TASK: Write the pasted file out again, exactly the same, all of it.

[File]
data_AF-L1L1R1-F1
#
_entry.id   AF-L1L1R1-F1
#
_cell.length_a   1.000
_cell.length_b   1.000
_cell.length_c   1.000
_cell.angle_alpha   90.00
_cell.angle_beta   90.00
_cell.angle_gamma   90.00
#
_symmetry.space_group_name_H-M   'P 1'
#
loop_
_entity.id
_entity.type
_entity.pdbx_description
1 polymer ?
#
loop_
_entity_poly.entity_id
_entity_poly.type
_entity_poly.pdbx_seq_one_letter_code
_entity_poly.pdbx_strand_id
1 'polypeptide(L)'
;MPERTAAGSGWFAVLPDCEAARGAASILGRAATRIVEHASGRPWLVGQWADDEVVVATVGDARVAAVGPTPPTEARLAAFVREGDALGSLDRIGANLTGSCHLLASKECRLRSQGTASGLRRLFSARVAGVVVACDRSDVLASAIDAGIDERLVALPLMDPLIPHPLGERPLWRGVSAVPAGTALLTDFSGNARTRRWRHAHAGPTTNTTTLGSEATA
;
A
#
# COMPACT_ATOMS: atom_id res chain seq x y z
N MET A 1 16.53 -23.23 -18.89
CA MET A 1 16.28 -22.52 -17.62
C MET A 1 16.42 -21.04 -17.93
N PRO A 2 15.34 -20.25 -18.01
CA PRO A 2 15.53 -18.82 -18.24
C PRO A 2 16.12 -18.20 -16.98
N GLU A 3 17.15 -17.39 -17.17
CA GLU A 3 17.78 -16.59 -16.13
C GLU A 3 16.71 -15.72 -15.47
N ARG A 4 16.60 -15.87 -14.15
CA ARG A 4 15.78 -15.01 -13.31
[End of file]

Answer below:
data_AF-L1L1R1-F1
#
_entry.id   AF-L1L1R1-F1
#
_cell.length_a   1.000
_cell.length_b   1.000
_cell.length_c   1.000
_cell.angle_alpha   90.00
_cell.angle_beta   90.00
_cell.angle_gamma   90.00
#
_symmetry.space_group_name_H-M   'P 1'
#
loop_
_entity.id
_entity.type
_entity.pdbx_description
1 polymer ?
#
loop_
_entity_poly.entity_id
_entity_poly.type
_entity_poly.pdbx_seq_one_letter_code
_entity_poly.pdbx_strand_id
1 'polypeptide(L)'
;MPERTAAGSGWFAVLPDCEAARGAASILGRAATRIVEHASGRPWLVGQWADDEVVVATVGDARVAAVGPTPPTEARLAAFVREGDALGSLDRIGANLTGSCHLLASKECRLRSQGTASGLRRLFSARVAGVVVACDRSDVLASAIDAGIDERLVALPLMDPLIPHPLGERPLWRGVSAVPAGTALLTDFSGNARTRRWRHAHAGPTTNTTTLGSEATA
;
A
#
# COMPACT_ATOMS: atom_id res chain seq x y z
N MET A 1 16.53 -23.23 -18.89
CA MET A 1 16.28 -22.52 -17.62
C MET A 1 16.42 -21.04 -17.93
N PRO A 2 15.34 -20.25 -18.01
CA PRO A 2 15.53 -18.82 -18.24
C PRO A 2 16.12 -18.20 -16.98
N GLU A 3 17.15 -17.39 -17.17
CA GLU A 3 17.78 -16.59 -16.13
C GLU A 3 16.71 -15.72 -15.47
N ARG A 4 16.60 -15.87 -14.15
CA ARG A 4 15.78 -15.01 -13.31